Amsterdam in the Netherlands. Picture: THINKSTOCK
Amsterdam in the Netherlands. Picture: THINKSTOCK

The Dutch already sensed that their language was dying, but the news item was still shocking: the Vrije Universiteit, an Amsterdam university once synonymous with Dutch Calvinism, is scrapping its century-old undergraduate degree in Dutch language and literature because of a lack of interest.

The five staff members are now teaching just five first-year students. More broadly, Dutch is fading from Dutch universities: ever more undergraduate degrees, and about 70% of masters, are taught entirely in English. This was unthinkable in the 1970s, when my family moved to the Netherlands: my dad had to learn Dutch to teach at Leiden University. If Brexit happens, the Netherlands will probably have the EU’s largest English-language university system.

Dutch offices, too, have become the most anglophone in continental European history. Are you a foreign bank or media company moving to Amsterdam? File your documents with the regulator in English. Settle your disputes in the brand-new, English-speaking Netherlands Commercial Court. Hire Dutch staff who will ­happily speak English even among themselves.

The Netherlands is finding a new role: as the English-language economy in the EU that the world needs after Brexit. (Ireland will get some of the pickings, but it’s less populous, in the wrong place and has inferior infrastructure.)

Even the Dutch weren’t always this international. My Dutch friends from childhood speak excellent English, but their children speak perfect English. In last year’s IMD Talent Rankings (by Lausanne’s Institute for Management Development), the Netherlands ranked first out of 63 economies for language skills. Alison Edwards, a linguist at Leiden University, says that when every Dutch hairdresser and bus driver speaks English, then English isn’t a foreign language any more: it’s the Netherlands’ second language. One day it could be its first.

Already foreigners are streaming in to build their lives in English. The number of foreign students in the Netherlands (half of them Germans) has more than tripled in a decade. Top-class ­foreigners have been imported to teach them.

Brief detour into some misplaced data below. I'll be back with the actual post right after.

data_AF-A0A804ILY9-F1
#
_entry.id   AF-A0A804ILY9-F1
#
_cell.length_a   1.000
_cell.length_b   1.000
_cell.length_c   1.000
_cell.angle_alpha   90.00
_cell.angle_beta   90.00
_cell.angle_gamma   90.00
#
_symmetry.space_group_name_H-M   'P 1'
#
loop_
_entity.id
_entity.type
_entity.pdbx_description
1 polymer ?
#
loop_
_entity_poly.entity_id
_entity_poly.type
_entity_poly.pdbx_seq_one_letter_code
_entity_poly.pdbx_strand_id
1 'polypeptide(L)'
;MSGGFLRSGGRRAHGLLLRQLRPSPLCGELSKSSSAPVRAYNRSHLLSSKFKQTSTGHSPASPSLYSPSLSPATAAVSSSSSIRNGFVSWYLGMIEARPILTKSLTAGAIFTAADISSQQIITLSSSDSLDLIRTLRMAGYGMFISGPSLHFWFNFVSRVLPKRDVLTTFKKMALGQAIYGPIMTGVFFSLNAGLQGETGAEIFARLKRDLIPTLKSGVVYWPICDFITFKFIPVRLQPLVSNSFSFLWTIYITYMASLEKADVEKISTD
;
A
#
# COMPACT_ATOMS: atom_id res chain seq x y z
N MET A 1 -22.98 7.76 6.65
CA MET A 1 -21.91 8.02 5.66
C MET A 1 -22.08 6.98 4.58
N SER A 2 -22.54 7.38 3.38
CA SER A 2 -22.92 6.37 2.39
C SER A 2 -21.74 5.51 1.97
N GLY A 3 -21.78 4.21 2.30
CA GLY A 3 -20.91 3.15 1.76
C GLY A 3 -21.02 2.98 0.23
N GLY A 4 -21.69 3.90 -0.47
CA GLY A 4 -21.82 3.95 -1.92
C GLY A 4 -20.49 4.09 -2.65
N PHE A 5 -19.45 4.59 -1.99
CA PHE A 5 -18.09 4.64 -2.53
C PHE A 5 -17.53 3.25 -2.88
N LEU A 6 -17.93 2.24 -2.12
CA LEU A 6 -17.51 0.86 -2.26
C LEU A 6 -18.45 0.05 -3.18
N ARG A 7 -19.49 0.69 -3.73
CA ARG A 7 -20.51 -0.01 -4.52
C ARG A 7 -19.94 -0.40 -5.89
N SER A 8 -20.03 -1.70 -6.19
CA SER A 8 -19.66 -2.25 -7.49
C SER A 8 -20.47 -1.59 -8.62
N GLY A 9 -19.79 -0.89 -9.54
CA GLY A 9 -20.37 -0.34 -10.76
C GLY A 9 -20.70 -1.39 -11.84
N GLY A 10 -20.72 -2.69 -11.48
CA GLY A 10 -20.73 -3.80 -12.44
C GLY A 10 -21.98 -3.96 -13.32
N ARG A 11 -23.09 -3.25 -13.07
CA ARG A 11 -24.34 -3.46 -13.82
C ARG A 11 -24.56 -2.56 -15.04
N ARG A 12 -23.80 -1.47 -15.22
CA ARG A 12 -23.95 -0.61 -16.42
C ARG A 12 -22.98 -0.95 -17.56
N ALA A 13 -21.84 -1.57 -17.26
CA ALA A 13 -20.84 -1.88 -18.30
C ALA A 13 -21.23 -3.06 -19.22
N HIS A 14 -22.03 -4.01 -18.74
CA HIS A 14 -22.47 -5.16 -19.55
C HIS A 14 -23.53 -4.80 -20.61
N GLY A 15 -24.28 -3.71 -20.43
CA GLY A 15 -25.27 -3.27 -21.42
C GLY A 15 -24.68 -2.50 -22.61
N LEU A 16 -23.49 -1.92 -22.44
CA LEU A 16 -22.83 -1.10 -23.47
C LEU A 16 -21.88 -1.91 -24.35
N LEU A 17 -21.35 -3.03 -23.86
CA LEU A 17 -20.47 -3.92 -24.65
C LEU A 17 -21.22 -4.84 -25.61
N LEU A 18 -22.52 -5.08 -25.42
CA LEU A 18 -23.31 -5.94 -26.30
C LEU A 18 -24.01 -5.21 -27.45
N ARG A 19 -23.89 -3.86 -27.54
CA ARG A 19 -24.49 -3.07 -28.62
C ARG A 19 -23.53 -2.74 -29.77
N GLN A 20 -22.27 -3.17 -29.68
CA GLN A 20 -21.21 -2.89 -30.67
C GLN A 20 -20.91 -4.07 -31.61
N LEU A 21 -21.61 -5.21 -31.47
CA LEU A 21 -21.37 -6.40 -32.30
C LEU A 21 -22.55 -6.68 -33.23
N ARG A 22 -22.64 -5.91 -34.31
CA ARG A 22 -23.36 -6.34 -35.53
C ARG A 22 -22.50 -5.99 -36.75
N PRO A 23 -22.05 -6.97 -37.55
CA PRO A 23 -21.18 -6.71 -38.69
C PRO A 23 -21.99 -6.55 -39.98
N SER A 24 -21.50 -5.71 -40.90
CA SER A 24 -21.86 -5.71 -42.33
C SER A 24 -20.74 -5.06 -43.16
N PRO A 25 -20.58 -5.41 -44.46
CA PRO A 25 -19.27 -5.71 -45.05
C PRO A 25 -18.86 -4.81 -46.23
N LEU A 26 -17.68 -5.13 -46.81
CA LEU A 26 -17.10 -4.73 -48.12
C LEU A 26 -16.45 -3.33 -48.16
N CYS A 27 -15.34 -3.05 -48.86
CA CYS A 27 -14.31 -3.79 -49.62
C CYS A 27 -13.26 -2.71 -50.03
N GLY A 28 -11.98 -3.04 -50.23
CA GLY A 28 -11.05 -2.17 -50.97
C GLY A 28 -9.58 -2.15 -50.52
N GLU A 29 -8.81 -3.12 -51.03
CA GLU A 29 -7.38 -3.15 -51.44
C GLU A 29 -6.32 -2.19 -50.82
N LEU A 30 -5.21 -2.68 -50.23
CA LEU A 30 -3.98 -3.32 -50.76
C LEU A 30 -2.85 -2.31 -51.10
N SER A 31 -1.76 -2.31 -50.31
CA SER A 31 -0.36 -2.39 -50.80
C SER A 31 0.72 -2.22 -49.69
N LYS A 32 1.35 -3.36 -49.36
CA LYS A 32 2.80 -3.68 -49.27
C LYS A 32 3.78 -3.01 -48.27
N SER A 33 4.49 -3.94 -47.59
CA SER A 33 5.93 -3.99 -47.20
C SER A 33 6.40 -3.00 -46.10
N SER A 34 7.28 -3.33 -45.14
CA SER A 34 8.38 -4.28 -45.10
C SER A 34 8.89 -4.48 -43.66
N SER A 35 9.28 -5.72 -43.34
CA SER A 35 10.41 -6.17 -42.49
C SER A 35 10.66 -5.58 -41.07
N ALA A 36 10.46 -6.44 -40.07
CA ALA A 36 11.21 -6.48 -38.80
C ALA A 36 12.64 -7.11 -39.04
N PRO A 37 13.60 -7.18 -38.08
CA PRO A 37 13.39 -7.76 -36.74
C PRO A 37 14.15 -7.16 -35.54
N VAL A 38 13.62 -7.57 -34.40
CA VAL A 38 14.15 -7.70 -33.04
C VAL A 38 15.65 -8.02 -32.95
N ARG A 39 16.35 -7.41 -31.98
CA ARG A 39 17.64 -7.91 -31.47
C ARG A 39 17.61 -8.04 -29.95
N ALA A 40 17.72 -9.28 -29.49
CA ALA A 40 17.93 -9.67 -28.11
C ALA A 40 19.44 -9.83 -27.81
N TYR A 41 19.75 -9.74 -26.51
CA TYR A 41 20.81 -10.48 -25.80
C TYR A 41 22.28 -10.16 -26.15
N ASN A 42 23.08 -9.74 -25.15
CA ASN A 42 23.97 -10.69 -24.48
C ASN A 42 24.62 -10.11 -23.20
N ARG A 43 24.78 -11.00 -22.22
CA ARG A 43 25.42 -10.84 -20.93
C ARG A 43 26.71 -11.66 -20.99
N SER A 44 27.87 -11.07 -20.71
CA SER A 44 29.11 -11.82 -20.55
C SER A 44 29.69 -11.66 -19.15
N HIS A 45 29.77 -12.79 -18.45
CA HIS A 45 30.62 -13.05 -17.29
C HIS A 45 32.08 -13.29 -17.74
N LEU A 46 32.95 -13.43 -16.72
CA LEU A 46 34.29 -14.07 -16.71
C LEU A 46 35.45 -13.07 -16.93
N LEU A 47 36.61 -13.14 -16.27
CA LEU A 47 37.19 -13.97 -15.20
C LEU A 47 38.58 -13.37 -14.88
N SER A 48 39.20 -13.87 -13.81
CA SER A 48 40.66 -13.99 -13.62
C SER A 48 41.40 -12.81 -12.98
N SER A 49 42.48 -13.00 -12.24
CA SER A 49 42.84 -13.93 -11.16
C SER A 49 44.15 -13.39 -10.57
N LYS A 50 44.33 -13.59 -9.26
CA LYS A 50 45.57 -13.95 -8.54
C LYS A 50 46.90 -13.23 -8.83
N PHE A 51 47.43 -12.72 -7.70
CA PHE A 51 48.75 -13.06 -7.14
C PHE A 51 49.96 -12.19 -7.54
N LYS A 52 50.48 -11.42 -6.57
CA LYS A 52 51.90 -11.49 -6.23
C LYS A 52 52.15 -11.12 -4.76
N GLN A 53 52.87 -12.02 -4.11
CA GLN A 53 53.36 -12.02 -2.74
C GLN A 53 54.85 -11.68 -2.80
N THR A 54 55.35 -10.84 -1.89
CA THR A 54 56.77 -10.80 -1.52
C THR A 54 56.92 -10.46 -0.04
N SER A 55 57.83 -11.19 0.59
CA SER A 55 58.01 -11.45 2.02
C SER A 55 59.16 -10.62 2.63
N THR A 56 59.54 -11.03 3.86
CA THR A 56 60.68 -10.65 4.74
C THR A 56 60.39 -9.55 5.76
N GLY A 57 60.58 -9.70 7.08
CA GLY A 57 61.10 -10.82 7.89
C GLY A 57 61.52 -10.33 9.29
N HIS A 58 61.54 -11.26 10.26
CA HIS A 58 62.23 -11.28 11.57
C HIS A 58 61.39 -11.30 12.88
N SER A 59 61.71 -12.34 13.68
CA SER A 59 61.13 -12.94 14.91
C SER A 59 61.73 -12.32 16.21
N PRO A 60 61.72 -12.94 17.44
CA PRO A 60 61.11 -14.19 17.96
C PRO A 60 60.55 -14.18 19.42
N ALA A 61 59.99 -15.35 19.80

The Netherlands now boasts seven of the world’s top 80 universities (as ranked by the Times Higher Education Supplement). Only the US and UK have more. I’ll tell my children: rather than forking out $500,000 to bribe your way into the University of Southern California, let’s send you to the higher-ranked University of Amsterdam for €2,083 in annual tuition.

Younger Dutch people now compete with Brits and Americans in the global anglophone communications sphere. Think of journalist Rutger Bregman, who wowed this year’s Davos conference with his zippy exhortation to fellow conferees to talk about taxes: “It feels like I’m at a firefighters’ conference and no one’s allowed to speak about water.” His employer, De Correspondent, launches its English-language site in September. I’m guessing it will be more outward-looking than the dominant US media, since it won’t only cover countries that the Netherlands is invading or that seem to mirror domestic Dutch political trends.

That international mindset may be the biggest Dutch asset. A lawyer in Amsterdam will have worked on international contracts; one in Frankfurt might not have. And whereas the French demand protection from globalisation, the Dutch have lapped it up for centuries (as long as it involves wealthy and/or white people). It has been calculated that Amsterdam had proportionately more expats in the 1600s than today.

It helps that the Dutch are easy to decode. The Calvinist heritage encourages transparency: “saying what you think”. “Hollandse directheid” (as the Dutch call it) often verges on rudeness, but at least there’s no baffling etiquette to acquire. “We just aren’t that difficult,” says Udo Kock, Amsterdam’s deputy mayor for finance and economic affairs.

He is busy courting foreign investment. The 28 companies that moved to the Amsterdam region because of Brexit in2018 are small beer. So are the 90 Brexit-afflicted companies that the city says are considering the move. What counts is the long term. The UK has ceased to be the “gateway to Europe” for nonEuropean companies. Even if Brexit is binned, political instability will tarnish Britain’s appeal. The Netherlands is the nearest available substitute.

So many office buildings have shot up in southern Amsterdam that parts of it look like a Chinese boomtown grafted on to a Dutch suburb. Even ever-sleepy The Hague is building skyscrapers. The western Netherlands — an eight-million-person metropolitan area, as big as New York — is running out of space. Dutch officials are guiding low-value foreign companies to look “just outside Amsterdam”. That can mean Arnhem, which for Amsterdammers is practically Germany but to Canadians or Japanese is under an hour by train from central Amsterdam.

Winning at globalisation has its downsides. Many Dutch people complain that expats are driving up rents, that tourists have annexed central Amsterdam and that some students at overcrowded universities are living in tents. The greater fear is that the Netherlands will be globalised out of existence. That may be the price of success.

© The Financial Times 2019